12 May 2023 by

Am I too young to make Lasting Powers of Attorney?

One misconception about Lasting Powers of Attorney (“LPAs”) is that they are only necessary for later life. This is simply not true. If you had an unfortunate accident or an unexpected illness which impacted your ability to make decisions, those who you would wish to make decisions on your behalf would be unable to do so (without an LPA in place). Your family would not be automatically entitled to make decisions on your behalf. They would have no legal authority to manage your finances or make decisions about your health care.

 

Types of Lasting Powers of Attorney

There are two types of LPA – one that deals with Property and Financial Affairs and one that deals with Health and Welfare.

An LPA for Property and Financial Affairs will allow your attorneys to make decisions about your finances, such as managing your bank accounts, buying and selling a property, managing your investments and paying bills.

An LPA for Health and Welfare will allow your attorneys to make decisions about where you should live, what foods you should eat (e.g. vegetarian, vegan, halal or kosher), who you should have contact with and your medical care. The authority under a Health and Welfare LPA even extends to cover whether or not you should receive life sustaining treatment.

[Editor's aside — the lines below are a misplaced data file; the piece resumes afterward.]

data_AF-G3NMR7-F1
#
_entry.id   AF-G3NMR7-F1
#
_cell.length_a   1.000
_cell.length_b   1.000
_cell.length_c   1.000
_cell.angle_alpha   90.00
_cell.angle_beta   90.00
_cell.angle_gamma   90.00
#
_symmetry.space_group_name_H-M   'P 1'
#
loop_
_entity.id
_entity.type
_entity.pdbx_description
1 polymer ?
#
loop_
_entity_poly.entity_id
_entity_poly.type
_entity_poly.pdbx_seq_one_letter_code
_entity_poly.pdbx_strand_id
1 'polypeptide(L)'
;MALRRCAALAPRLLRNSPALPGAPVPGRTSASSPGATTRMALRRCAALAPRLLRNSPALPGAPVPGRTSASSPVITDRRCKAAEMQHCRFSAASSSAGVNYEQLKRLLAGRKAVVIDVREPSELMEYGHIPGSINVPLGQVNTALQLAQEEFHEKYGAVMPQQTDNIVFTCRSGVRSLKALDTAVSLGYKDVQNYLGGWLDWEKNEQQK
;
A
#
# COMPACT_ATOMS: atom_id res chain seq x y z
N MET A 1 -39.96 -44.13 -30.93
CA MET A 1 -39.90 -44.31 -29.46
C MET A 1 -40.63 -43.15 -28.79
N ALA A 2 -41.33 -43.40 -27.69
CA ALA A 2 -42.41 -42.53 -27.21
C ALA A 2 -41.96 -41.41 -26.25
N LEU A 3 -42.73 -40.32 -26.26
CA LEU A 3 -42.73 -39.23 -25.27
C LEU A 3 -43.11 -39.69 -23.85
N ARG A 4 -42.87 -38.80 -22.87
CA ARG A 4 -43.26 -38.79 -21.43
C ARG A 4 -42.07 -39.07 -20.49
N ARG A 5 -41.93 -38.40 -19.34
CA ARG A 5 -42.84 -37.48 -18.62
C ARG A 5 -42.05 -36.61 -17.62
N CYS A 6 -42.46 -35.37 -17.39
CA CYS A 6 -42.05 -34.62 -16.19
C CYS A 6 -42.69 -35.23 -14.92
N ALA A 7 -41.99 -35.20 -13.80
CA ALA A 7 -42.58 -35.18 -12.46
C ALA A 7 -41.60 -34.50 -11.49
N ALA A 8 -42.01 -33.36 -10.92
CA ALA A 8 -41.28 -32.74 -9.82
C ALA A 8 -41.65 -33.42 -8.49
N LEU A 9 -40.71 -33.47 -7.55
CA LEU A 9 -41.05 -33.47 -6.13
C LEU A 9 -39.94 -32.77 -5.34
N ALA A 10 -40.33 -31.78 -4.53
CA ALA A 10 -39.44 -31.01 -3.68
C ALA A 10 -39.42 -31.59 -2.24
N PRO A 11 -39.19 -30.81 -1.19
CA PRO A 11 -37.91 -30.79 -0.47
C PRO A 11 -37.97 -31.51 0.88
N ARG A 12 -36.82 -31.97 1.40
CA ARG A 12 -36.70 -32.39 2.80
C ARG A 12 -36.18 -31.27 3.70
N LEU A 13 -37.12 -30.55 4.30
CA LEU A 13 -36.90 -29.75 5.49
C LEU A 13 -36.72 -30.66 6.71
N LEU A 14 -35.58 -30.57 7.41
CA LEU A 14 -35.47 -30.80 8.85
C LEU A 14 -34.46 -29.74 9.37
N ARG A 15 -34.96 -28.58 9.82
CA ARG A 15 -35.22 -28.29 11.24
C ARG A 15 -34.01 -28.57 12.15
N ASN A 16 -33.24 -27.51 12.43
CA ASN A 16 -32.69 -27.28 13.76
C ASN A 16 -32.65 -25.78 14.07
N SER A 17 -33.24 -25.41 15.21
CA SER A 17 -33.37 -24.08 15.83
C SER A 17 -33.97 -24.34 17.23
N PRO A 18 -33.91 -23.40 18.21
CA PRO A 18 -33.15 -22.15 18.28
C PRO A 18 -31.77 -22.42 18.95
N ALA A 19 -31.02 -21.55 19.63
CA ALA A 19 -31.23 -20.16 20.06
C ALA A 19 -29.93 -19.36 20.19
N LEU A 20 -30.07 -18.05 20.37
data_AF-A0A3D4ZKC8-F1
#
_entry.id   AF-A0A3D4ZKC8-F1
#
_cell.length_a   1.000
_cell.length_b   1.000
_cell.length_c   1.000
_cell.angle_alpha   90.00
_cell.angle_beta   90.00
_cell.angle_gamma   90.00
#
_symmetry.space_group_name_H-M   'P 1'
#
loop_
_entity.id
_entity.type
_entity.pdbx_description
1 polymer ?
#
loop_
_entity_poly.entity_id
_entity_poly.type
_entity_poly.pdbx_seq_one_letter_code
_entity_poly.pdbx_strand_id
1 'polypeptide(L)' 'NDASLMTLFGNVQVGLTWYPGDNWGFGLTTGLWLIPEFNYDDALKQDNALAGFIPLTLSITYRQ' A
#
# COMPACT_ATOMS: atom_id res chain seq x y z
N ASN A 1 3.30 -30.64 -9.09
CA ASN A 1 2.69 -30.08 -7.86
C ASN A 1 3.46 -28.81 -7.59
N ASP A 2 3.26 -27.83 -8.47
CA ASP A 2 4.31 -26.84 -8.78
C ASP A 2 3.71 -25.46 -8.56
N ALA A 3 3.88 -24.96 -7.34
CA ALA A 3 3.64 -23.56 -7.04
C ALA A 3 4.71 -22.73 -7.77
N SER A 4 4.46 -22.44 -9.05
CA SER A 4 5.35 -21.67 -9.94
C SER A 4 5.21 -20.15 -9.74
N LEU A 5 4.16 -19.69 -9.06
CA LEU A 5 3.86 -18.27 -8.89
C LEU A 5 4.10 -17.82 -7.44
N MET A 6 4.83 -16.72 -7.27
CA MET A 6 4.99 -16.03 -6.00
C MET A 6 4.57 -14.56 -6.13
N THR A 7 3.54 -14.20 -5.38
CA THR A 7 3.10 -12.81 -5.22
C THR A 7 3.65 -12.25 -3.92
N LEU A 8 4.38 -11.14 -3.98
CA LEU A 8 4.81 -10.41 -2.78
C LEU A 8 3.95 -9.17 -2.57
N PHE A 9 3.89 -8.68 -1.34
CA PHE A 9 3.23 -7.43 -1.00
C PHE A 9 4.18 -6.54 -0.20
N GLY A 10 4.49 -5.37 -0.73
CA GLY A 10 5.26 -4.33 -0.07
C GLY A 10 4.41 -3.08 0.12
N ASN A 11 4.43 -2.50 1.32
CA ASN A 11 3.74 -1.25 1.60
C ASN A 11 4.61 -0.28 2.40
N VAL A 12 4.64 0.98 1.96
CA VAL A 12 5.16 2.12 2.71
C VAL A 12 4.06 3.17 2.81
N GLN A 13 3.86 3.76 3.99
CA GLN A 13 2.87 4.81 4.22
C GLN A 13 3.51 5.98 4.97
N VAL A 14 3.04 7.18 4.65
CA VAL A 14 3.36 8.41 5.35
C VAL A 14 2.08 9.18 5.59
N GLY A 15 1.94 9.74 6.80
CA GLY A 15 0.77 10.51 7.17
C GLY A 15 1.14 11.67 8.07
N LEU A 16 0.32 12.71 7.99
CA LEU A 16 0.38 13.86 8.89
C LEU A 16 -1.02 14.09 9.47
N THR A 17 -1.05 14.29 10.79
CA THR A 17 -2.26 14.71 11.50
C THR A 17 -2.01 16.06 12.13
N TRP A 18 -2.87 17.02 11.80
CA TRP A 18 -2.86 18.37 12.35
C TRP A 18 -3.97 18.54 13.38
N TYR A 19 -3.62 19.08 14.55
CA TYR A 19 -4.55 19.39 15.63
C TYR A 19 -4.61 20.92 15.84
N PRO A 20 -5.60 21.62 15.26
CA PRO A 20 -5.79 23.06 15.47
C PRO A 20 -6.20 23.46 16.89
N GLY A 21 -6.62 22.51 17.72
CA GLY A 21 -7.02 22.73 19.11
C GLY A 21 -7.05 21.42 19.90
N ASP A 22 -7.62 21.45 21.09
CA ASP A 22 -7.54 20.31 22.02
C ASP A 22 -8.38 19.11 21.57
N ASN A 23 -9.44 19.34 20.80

Making Lasting Powers of Attorney

You might think “I’m fine now, so this is something I can worry about in the future”.

In order for an LPA to be valid, the donor must have mental capacity at the time the LPA is made. Once you lose mental capacity, it is too late – you will not be able to make an LPA. Without an LPA in place, those who you wish to make decisions on your behalf may have to apply for a Deputyship Order from the Court of Protection. This is a costly and lengthy procedure, especially compared to the simple process of creating and registering an LPA. Having LPAs in place as a precautionary measure offers you and your family peace of mind, should the unexpected happen.

LPAs currently take around 20 weeks to register and are valid indefinitely, unless the donor revokes the LPA or passes away. You can appoint anyone over the age of 18 to be an attorney. However, it is essential that your attorneys are people you trust to make decisions in your best interests.

Creating an LPA for both Health and Welfare and Property and Financial Affairs is a simple process and, once in place, provides long-term peace of mind. We recommend that everyone has an LPA in place, no matter their age. If you would like to create an LPA, our Wealth and Estate Planning team are here to help.

 

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